Lisa Hendricks was just seven years old when her parents noticed she was limping and couldn’t lay her hands flat on a table. She hadn’t complained of any pain, or showed any signs that the stiffness in her fingers was slowing her down. In fact, she had just started to play the piano and seemed to love it. Yet her parents knew something was wrong.
Suddenly, Lisa was unable to get up from a sitting position. Her parents rushed her to the doctor, who immediately recognized the symptoms of the linear
and morphea forms of scleroderma. Two months later, specialists at the University of California, San Francisco, confirmed the diagnosis.
And just like that, in the blink of an eye, Lisa had begun her life with scleroderma.
Lisa has recently finished college and is beginning her career as an elementary school teacher. She volunteers for her church, hangs out with friends and family, and still enjoys playing the piano. She just does it all with scleroderma.
Lisa first found the Scleroderma Foundation while she was doing research online about the disease and support groups that provide resources for patients. What she found in her research was life-changing.
“When you talk to other members of a Scleroderma Foundation support group, you know they understand what you are talking about. It’s very comforting,” said Lisa, who belongs to the Foundation’s support group
in Sacramento. “We get together once a month, but really a lot of us are in constant contact. It’s like I finally found where I belong.”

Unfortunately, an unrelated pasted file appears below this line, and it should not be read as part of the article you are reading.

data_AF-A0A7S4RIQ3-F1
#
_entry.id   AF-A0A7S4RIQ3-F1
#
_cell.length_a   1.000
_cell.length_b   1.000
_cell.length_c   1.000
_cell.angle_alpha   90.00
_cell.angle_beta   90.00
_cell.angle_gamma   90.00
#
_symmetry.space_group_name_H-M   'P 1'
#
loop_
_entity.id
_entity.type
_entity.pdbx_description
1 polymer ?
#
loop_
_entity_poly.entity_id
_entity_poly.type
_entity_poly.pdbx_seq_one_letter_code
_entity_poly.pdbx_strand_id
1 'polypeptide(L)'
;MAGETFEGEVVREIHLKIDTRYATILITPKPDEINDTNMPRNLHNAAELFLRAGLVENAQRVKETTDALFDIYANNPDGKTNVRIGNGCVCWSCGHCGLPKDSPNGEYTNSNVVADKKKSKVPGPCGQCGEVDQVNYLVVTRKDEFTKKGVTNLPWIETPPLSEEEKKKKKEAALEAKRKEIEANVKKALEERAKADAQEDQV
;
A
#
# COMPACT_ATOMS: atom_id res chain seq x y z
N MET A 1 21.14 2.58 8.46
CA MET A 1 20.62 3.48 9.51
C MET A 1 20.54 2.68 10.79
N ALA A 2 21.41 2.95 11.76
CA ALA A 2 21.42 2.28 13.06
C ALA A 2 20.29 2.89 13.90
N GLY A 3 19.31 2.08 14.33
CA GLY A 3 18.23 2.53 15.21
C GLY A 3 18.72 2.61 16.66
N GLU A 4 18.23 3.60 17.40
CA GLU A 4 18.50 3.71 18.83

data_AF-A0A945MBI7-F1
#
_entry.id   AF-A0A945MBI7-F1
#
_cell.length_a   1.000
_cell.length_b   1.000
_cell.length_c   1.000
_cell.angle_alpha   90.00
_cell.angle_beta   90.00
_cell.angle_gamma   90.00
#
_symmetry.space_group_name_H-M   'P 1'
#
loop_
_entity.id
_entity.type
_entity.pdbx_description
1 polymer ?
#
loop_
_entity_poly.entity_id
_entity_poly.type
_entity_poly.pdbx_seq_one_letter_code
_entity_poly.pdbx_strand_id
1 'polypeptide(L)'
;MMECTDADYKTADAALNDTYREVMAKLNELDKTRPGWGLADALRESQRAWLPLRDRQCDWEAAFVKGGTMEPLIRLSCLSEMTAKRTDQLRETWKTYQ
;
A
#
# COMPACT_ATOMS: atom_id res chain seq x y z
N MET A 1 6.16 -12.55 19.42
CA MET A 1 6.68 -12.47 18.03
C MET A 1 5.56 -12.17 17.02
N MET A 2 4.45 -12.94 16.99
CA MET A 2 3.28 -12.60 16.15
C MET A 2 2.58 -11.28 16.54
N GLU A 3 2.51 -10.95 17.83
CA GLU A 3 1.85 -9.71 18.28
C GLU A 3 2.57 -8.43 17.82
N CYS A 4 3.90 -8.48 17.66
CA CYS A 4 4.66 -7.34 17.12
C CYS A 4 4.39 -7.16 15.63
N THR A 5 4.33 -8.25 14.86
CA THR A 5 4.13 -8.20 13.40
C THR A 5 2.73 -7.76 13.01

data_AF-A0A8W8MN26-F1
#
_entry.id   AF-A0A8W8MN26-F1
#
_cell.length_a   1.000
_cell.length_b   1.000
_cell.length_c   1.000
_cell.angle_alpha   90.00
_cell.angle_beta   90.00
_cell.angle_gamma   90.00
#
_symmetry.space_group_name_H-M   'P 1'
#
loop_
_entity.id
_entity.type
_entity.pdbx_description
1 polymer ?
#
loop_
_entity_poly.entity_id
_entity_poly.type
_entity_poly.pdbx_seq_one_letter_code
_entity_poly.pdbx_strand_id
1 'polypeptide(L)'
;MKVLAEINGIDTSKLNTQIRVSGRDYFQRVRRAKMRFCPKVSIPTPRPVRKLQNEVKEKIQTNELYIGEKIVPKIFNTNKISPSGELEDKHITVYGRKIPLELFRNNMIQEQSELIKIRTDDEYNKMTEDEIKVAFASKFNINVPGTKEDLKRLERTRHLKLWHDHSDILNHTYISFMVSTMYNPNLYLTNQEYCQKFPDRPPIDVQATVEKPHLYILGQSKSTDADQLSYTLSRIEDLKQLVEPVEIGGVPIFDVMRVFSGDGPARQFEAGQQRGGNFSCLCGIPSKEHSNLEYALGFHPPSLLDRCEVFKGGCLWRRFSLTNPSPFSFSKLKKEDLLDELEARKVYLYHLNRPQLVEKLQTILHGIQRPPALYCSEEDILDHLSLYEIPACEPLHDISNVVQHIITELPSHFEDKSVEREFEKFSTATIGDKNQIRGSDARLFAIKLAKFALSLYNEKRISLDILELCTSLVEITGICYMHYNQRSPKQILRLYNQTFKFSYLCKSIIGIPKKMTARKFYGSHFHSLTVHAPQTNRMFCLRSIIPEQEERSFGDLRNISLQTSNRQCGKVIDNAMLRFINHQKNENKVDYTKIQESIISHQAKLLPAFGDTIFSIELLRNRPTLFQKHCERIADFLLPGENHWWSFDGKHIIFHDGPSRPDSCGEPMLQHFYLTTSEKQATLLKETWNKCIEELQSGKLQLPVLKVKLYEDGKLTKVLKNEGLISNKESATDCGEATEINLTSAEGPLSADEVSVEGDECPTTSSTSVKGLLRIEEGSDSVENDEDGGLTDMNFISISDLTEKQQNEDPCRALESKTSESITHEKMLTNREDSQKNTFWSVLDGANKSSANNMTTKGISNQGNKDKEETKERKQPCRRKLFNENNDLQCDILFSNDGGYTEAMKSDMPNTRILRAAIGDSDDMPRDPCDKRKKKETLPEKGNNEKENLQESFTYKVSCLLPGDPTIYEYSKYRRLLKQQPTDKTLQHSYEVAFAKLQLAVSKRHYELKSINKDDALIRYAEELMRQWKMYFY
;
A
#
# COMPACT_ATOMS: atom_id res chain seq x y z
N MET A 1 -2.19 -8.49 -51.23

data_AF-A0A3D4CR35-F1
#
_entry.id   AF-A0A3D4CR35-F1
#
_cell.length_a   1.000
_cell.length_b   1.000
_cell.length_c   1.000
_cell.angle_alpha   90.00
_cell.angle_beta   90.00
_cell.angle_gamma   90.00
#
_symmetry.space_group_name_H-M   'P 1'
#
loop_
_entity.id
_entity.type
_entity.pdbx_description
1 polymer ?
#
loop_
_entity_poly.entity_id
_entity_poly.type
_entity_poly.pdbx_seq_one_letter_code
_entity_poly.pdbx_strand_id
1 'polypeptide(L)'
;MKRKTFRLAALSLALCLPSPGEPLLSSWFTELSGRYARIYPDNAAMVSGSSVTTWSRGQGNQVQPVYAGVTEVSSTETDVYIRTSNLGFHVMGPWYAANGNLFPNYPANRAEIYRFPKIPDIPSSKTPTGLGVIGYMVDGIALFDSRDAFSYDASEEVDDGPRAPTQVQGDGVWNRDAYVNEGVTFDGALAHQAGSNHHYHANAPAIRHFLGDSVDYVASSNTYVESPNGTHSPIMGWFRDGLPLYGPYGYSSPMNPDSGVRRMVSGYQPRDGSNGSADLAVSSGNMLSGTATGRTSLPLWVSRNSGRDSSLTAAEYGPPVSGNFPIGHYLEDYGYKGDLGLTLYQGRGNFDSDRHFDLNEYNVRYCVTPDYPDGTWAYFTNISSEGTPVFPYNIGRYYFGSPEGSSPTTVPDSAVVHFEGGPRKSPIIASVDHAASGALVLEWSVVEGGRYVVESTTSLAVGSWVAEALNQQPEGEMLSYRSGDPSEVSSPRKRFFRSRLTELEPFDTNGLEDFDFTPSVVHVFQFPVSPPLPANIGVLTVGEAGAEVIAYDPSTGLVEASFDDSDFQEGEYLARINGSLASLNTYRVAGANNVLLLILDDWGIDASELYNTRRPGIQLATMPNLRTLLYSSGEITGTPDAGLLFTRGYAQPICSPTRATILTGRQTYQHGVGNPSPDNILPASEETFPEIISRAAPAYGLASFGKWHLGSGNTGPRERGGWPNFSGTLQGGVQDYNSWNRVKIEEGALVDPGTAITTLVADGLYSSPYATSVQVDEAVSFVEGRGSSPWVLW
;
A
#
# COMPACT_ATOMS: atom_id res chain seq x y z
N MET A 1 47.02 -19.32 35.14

Support is a critical component of the Scleroderma Foundation’s mission, but it isn’t the only aspect that drives the organization. The Foundation educates patients, families, medical professionals and the public through awareness campaigns. The organization also works to raise much-needed funds for research to identify the cause, and ultimately a cure, for the disease. These components make up the Foundation’s three-fold mission of support, education and research.
“When you talk to other members of a Scleroderma Foundation support group, you know they understand what you are talking about. It’s very comforting. We get together once a month, but really a lot of us are in constant contact. It’s like I finally found where I belong.” – Lisa Hendricks
Because scleroderma is rare (it is estimated that the disease affects about 300,000 people in the U.S., 80 percent of whom are women), people who are newly diagnosed often worry that they are alone with the disease. While health care providers administer medical therapies to aid a patient’s physical wellness, fellow patients play a significant role in the person’s mental and physical health.
It is that reason why the Foundation’s nationwide network of chapters and support groups exist: to make connections with others living with the disease. Here, people can find a safe and welcoming place to share, to learn, to cry, and to laugh.